"This is an outstanding resource presented in an easy-to-read... fashion." -- John D. Rosen, Amazon.com reviewer
<DIV><I>"This is an outstanding resource presented in an easy-to-read... fashion."</I> --<B> John D. Rosen,</B> Amazon.com reviewer</DIV>
<DIV><I>"A detailed book which sets out the mechanisms by which channels get product and sell it on at profit."</I> -- <B>ITEuropa</B></DIV>
This book represents the best part of thirty years personal and shared experience working with distribution businesses of all types in a variety or roles, starting initially as a accountant with Arthur Andersen, though to the last twenty two years as management consultant with VIA International, a firm that specialises in routes to market strategy and implementation. In that time I have had the opportunity to work with some of the world's leading practitioners in the field of distribution channels. And some pretty terrible ones too. In many ways, it is from the clients and situations where things were going wrong that the sharpest lessons could be drawn.
At VIA, we are lucky enough to spend most of our time consulting for some of the world's most successful brands and companies (yes, they still ask for help), which means we have seen an enormous amount of best practice. Often though, these companies are challenged by sheer scale, complexity and channel overlap or conflict which prevents them from seeing the business issues quite as clearly as they might. They are usually relieved to find we can bring some clarity and objectivity to the situation and can recommend strategies that are rooted in commercial logic to deliver the outcomes they need. Many of these situations have found their way into this book, albeit usually with a cloak of anonymity. You will find many real companies and situations named and described in the book too, but these insights are based on facts already in the public domain or well known among the trade.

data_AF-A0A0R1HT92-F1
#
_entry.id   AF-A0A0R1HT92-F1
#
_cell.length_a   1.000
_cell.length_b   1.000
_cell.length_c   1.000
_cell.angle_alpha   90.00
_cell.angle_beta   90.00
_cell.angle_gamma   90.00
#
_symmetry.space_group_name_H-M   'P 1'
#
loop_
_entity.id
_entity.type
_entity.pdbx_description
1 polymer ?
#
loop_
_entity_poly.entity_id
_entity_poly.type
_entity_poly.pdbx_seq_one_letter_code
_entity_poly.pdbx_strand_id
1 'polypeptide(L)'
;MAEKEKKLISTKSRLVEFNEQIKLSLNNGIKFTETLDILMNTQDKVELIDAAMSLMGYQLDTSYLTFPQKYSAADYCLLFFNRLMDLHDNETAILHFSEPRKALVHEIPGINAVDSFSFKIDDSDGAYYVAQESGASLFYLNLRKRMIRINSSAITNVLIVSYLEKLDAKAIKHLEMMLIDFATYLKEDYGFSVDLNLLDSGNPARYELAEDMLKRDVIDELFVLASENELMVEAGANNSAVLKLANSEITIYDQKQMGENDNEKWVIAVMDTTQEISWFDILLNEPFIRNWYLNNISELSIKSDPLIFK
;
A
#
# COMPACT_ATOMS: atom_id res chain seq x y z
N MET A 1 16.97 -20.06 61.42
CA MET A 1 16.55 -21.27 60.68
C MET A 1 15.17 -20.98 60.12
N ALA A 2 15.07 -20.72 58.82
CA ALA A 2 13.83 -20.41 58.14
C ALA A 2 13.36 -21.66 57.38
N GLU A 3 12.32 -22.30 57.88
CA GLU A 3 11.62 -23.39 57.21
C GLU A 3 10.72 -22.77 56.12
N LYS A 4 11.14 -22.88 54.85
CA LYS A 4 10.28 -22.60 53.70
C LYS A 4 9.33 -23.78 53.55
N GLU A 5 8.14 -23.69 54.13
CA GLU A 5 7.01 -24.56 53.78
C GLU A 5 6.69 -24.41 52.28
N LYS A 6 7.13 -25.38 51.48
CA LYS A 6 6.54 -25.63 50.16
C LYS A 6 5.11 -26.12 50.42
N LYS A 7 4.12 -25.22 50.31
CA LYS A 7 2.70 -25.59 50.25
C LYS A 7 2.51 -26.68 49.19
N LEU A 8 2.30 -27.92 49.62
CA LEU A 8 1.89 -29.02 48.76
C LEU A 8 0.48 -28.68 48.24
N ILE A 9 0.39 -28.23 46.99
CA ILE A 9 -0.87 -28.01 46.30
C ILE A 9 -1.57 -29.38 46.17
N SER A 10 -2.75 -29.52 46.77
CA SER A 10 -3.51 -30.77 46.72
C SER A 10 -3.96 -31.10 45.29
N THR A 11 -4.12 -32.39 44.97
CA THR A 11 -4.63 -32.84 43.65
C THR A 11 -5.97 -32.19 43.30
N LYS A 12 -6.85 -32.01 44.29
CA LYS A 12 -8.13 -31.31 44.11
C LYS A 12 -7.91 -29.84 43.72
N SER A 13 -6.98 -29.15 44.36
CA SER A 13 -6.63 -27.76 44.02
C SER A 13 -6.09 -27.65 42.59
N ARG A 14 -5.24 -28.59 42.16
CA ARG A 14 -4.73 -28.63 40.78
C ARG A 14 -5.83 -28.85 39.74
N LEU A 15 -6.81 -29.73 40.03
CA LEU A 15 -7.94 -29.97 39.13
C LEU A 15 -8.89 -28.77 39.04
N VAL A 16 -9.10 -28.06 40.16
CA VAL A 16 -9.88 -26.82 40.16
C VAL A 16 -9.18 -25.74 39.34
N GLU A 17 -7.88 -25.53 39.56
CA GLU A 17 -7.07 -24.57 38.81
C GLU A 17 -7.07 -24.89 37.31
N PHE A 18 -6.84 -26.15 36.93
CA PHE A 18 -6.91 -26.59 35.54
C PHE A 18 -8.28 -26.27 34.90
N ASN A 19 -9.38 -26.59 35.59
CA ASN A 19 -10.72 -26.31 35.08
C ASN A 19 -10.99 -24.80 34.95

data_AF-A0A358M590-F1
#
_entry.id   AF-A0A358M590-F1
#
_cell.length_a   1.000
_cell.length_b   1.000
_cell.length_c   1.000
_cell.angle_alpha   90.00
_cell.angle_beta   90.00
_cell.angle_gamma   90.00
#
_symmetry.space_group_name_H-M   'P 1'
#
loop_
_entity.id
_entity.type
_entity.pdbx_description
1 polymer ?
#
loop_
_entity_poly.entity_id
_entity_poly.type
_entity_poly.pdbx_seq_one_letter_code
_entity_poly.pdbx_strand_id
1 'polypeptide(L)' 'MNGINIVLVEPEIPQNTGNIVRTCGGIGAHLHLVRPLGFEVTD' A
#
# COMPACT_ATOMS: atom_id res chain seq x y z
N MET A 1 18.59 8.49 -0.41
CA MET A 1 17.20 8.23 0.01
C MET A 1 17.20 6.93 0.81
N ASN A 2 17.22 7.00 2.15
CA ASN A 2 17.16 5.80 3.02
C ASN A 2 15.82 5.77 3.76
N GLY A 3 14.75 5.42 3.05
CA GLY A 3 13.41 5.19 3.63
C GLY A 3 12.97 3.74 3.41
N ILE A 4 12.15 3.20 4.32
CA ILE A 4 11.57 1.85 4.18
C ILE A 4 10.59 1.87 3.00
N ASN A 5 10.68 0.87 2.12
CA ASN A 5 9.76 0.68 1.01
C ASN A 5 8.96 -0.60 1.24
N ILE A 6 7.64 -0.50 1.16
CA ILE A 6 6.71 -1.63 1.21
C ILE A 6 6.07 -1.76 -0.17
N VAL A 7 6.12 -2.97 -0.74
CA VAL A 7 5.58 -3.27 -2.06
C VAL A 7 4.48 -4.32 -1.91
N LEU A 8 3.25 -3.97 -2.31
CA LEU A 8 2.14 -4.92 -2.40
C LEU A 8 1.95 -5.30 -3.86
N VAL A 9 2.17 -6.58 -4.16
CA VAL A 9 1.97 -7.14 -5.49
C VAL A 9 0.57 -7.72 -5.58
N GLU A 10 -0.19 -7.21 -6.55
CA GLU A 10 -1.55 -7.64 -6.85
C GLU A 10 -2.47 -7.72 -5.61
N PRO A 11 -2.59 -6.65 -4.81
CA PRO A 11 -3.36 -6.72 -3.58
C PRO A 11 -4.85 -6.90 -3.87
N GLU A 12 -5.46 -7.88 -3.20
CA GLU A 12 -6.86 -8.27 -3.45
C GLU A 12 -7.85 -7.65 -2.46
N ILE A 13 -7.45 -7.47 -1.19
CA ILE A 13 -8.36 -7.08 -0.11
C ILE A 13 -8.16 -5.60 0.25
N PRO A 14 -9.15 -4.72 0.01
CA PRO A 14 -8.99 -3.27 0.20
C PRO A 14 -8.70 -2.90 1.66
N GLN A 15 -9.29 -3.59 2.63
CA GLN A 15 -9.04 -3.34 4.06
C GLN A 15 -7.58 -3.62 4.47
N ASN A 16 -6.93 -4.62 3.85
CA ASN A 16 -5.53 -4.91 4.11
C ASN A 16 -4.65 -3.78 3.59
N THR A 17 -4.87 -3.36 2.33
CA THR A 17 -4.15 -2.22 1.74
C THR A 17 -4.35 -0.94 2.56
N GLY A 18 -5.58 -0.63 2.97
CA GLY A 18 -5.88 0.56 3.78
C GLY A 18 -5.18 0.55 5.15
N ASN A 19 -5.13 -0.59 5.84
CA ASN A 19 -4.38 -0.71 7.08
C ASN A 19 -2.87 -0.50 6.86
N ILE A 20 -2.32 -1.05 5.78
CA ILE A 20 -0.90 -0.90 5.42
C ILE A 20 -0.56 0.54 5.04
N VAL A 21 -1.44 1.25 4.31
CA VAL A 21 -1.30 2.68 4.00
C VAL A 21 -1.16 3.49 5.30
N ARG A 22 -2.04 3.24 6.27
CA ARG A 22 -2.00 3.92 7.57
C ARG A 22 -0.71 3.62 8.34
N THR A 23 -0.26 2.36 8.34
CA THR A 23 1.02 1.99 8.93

Even more usefully, much of our work requires us to go inside the distribution models of our client's routes to market and investigate the actual measures and business model dynamics operating in the distributors and final tier trade channel players. This provides the basis for much of the insight into each type of channel business model laid out in the different sections of the book.
Finally, we have had the opportunity to work with many smaller companies and businesses, typically following the introduction of an injection of venture finance, which means that all concerned are expecting a sharp up-tick in sales. This growth often has to come from a combination of new customer segments, new markets or new products, which usually means new channels too. There have been some hard lessons learnt along the way about establishing a value proposition that will attract the players in the channels needed to deliver the required growth and these are laid out for you here too.
All of the content in this book has at some time or other been taught to people in real channel roles or distribution businesses, looking for insights, concepts, frameworks, heuristics and practical lessons that they can take away and apply. For many of the people attending these workshops, English has been their second or even third language, so the experience has been a good test of how to communicate business and financial concepts in terms that make sense to people who work in sales and marketing (and sometimes, vice versa too).